There are a number of senior officials both from the civil service and the private sector who are current in various courts countrywide facing economic sabotage and corruption cases. They may be at either the preliminary stage or the trial stage.

Indeed, in July 2016 the President endorsed the bill to become law for establishment of the High Court’s Division to help address graft problems in the country and speed up and timely dispensation of justice, whereas the rules governing the operation of the court were prepared and published.

Such rules indicate how witnesses, that would be called to testify during the trial, would be protected and provides the procedure on how the cases to be determined by the court would be filed. The Corruption Court started operating in September 2016.

The Court Registrar Charles Magesa, says that since then, a total of economic and corruption cases filed are 323, of which 111 alone were lodged in Dar es Salaam registry. Out of the total cases, he says, 294 have been determined and the rest, that is, 29 cases are still pending at various stages.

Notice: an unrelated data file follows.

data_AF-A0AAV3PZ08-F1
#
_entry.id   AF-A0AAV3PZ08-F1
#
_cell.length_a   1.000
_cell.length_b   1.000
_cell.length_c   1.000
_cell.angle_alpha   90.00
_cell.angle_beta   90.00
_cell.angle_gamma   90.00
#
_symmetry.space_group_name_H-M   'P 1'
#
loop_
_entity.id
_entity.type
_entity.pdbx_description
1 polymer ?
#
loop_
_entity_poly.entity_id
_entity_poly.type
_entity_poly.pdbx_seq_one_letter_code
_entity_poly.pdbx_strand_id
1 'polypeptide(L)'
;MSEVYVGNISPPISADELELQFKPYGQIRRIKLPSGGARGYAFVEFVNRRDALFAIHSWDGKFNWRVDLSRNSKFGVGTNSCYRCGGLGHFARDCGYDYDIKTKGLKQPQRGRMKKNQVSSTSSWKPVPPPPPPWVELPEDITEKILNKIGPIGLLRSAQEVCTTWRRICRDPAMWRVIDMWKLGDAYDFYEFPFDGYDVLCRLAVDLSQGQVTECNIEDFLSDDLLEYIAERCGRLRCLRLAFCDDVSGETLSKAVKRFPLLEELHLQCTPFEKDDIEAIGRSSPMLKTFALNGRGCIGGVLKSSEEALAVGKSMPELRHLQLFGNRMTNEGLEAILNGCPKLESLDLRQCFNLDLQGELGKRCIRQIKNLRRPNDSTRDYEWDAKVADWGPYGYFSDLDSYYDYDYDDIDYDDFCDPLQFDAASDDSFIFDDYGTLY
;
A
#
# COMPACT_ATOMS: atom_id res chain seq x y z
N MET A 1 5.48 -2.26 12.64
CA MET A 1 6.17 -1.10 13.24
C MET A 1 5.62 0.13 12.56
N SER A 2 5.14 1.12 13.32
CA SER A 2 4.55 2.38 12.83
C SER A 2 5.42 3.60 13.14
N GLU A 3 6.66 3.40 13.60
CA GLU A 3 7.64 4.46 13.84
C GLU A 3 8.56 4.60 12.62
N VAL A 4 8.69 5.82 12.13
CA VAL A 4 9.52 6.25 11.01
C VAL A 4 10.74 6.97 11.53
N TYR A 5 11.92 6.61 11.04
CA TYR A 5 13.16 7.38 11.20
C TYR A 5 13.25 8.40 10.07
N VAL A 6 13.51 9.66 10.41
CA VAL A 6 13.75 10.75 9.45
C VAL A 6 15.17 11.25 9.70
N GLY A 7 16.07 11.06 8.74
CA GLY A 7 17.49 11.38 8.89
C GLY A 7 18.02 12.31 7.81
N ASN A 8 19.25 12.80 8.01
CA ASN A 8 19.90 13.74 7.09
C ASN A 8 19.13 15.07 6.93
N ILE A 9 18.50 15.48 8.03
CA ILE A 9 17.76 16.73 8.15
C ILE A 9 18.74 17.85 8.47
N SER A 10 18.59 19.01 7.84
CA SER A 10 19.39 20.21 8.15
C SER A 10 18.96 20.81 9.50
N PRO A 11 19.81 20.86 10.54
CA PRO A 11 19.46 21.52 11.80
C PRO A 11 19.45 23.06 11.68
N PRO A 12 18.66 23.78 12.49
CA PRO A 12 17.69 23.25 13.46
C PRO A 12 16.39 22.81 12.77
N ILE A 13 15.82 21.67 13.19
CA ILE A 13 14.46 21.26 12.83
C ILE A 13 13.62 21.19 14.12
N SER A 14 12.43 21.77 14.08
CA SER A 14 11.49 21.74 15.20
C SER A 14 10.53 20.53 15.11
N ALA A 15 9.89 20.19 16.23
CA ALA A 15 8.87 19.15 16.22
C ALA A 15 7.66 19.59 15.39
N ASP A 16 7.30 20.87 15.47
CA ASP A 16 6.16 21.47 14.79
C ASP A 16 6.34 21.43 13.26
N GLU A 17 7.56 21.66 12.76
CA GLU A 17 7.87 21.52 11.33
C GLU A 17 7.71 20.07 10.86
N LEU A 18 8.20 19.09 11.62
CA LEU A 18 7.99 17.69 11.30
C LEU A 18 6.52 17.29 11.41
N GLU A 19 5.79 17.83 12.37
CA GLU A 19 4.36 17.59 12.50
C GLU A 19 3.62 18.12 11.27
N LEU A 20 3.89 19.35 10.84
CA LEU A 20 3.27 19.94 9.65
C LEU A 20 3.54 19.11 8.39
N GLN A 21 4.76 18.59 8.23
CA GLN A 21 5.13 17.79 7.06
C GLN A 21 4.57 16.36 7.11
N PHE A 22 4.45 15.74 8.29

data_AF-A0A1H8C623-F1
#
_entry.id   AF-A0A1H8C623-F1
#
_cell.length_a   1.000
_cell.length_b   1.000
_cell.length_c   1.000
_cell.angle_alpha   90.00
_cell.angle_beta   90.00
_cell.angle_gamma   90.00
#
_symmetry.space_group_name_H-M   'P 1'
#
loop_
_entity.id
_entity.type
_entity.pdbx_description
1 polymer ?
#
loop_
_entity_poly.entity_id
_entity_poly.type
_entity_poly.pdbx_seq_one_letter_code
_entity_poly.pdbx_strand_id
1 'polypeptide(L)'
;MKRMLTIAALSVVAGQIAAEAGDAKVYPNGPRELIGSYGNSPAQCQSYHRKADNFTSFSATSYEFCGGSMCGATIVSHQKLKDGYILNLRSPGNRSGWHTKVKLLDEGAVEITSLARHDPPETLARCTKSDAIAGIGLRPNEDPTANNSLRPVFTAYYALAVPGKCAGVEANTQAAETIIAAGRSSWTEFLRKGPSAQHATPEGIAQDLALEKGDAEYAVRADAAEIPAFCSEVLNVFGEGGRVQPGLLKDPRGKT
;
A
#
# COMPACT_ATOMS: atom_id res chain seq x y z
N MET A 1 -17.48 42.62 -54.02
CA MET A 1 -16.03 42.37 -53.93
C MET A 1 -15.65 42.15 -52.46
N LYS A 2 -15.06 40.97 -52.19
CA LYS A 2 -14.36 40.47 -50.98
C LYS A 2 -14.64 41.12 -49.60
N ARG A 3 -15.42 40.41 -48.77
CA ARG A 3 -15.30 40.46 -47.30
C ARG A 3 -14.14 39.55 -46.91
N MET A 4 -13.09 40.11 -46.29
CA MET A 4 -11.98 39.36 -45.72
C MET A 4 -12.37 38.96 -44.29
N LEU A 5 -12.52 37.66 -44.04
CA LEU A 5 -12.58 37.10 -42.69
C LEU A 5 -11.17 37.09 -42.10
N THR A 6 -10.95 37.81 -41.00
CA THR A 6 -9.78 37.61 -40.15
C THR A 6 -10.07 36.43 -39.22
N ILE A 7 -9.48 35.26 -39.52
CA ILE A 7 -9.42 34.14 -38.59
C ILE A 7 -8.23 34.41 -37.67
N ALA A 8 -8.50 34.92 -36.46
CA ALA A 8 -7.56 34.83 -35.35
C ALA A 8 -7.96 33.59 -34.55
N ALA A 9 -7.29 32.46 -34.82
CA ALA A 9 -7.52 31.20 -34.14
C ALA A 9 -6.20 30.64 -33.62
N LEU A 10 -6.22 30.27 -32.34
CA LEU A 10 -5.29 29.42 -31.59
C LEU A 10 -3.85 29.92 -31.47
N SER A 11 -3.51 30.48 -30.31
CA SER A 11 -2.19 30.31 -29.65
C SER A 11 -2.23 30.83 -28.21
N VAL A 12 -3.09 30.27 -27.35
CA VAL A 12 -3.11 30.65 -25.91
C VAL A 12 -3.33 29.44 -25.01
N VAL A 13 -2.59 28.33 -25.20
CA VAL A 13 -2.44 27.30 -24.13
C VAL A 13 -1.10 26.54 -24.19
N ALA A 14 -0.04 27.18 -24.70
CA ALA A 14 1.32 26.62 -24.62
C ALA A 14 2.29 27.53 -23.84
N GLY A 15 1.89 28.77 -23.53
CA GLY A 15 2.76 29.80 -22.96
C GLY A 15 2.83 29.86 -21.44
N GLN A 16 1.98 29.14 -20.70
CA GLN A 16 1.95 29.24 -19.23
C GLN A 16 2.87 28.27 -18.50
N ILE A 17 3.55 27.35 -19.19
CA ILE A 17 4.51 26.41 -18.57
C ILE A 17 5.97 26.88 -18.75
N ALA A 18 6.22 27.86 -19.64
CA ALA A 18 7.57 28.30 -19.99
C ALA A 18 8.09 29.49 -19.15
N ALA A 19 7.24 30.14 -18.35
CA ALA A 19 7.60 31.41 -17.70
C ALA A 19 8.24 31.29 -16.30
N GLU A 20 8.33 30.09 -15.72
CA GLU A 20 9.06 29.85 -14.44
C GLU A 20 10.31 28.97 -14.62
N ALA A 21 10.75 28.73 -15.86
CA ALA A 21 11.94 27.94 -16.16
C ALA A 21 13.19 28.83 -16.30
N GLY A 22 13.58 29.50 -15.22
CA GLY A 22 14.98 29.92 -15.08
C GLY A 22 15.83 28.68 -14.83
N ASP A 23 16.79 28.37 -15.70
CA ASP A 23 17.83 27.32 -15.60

Another positive decision President Magufuli has made towards improvements in the legal sector is the restructuring of the office of the Attorney General (AG). When inaugurating the 2017 Law Day, the President revealed a power tussle between the AG and that of the Director of Public Prosecutions (DPP).